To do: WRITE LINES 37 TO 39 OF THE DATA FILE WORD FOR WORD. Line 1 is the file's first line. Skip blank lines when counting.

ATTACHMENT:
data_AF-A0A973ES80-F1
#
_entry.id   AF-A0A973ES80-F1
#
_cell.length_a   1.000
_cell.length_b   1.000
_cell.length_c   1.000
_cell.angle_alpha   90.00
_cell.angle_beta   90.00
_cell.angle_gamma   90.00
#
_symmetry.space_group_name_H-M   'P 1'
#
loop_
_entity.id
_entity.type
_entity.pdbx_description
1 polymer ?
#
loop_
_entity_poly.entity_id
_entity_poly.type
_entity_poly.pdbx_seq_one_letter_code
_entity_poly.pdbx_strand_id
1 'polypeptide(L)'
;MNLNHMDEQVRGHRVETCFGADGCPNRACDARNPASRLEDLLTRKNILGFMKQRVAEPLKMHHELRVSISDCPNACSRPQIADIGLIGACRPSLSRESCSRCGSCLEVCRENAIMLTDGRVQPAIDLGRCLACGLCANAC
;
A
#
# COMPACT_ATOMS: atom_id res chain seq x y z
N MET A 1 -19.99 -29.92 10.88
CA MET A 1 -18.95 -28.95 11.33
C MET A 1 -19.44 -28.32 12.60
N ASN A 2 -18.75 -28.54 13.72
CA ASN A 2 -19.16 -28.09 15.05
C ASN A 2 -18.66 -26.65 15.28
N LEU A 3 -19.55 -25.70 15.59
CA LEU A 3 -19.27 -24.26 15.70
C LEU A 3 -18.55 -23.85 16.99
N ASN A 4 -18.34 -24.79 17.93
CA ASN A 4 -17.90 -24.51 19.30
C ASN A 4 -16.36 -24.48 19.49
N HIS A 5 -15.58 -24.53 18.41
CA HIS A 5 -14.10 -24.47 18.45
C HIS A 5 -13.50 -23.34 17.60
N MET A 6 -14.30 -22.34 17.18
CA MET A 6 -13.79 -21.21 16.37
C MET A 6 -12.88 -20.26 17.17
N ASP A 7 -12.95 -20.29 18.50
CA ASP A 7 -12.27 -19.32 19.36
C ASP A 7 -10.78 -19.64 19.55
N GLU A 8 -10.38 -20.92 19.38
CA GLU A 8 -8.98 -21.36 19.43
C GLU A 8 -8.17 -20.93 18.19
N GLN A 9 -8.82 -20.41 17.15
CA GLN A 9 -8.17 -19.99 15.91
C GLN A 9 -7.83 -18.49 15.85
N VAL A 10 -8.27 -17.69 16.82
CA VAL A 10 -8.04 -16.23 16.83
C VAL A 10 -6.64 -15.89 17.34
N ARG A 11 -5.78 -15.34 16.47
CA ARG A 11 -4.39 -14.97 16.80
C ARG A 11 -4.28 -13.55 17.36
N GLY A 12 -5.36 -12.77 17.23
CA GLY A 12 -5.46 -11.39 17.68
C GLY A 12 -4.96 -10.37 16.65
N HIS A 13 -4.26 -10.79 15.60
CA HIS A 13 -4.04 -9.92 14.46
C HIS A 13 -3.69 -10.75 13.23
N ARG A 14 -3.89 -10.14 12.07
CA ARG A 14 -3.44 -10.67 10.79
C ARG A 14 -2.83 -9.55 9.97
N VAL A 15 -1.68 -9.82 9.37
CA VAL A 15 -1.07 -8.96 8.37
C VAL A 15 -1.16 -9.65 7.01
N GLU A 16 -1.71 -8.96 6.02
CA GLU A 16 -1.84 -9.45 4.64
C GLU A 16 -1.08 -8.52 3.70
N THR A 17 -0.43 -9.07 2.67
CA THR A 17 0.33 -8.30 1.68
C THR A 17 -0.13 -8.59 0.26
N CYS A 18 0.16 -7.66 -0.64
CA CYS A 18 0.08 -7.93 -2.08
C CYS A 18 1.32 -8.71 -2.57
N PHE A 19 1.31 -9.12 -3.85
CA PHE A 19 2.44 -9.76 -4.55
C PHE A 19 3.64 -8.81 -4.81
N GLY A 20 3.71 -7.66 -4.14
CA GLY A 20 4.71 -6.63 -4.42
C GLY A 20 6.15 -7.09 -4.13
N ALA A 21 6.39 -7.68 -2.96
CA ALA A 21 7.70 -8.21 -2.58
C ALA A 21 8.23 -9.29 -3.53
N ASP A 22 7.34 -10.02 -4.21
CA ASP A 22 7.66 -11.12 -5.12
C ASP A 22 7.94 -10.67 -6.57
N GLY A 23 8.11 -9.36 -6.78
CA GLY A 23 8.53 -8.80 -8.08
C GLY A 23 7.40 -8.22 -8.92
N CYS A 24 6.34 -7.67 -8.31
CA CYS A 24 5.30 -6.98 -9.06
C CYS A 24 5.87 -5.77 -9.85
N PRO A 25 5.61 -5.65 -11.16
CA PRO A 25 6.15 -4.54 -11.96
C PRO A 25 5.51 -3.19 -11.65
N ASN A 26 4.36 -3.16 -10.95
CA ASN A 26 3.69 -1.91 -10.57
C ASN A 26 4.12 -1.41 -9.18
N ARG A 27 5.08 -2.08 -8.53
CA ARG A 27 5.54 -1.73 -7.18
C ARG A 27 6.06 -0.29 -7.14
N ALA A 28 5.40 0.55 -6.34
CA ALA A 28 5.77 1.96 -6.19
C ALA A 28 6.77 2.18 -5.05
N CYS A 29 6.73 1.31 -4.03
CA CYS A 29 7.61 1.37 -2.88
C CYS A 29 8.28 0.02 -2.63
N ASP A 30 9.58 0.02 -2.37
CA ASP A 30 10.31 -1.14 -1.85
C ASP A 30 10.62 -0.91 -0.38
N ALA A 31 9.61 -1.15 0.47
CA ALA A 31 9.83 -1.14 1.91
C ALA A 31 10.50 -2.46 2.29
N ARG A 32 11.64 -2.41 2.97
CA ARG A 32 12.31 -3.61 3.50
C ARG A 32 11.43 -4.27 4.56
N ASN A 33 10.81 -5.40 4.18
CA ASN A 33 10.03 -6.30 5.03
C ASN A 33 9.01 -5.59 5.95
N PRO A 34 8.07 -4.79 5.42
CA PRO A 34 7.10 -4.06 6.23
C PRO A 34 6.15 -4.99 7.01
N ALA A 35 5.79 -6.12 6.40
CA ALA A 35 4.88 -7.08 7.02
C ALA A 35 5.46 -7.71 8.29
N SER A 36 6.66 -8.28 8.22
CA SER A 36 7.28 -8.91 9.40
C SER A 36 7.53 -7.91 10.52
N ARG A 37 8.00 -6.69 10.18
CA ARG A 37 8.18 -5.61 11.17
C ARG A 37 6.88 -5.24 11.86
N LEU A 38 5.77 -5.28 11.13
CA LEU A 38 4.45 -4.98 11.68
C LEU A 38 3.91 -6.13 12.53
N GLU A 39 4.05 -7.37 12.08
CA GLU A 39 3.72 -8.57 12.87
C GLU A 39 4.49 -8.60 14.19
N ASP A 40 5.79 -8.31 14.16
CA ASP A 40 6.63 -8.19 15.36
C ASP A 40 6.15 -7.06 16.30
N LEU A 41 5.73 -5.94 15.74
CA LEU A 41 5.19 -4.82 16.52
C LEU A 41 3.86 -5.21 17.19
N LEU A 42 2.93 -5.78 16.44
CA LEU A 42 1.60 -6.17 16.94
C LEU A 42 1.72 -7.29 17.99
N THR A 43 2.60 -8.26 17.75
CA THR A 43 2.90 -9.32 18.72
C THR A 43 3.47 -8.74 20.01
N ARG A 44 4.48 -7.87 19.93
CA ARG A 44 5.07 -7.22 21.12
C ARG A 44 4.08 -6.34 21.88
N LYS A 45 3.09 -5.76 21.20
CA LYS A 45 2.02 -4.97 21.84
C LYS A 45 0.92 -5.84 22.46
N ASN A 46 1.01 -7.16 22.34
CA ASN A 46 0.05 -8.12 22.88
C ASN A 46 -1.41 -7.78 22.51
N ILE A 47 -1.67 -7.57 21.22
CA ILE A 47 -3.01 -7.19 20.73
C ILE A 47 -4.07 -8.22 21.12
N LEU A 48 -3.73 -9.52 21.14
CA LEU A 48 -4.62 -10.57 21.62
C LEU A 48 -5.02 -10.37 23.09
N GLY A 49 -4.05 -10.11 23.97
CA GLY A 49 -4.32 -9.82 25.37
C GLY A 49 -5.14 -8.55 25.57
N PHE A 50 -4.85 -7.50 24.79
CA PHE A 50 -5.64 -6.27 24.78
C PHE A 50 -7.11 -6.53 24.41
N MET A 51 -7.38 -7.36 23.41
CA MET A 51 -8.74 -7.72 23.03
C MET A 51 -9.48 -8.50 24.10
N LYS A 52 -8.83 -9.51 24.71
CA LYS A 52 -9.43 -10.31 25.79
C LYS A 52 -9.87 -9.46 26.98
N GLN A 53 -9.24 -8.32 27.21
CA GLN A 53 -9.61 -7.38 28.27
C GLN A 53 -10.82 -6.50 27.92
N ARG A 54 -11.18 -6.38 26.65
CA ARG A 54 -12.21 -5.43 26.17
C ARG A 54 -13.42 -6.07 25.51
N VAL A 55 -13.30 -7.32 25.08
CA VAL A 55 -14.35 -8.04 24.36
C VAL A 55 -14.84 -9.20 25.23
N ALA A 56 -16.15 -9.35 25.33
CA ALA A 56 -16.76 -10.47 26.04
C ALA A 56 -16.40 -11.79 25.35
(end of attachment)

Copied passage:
N LEU A 3 -19.55 -25.70 15.59
CA LEU A 3 -19.27 -24.26 15.70
C LEU A 3 -18.55 -23.85 16.99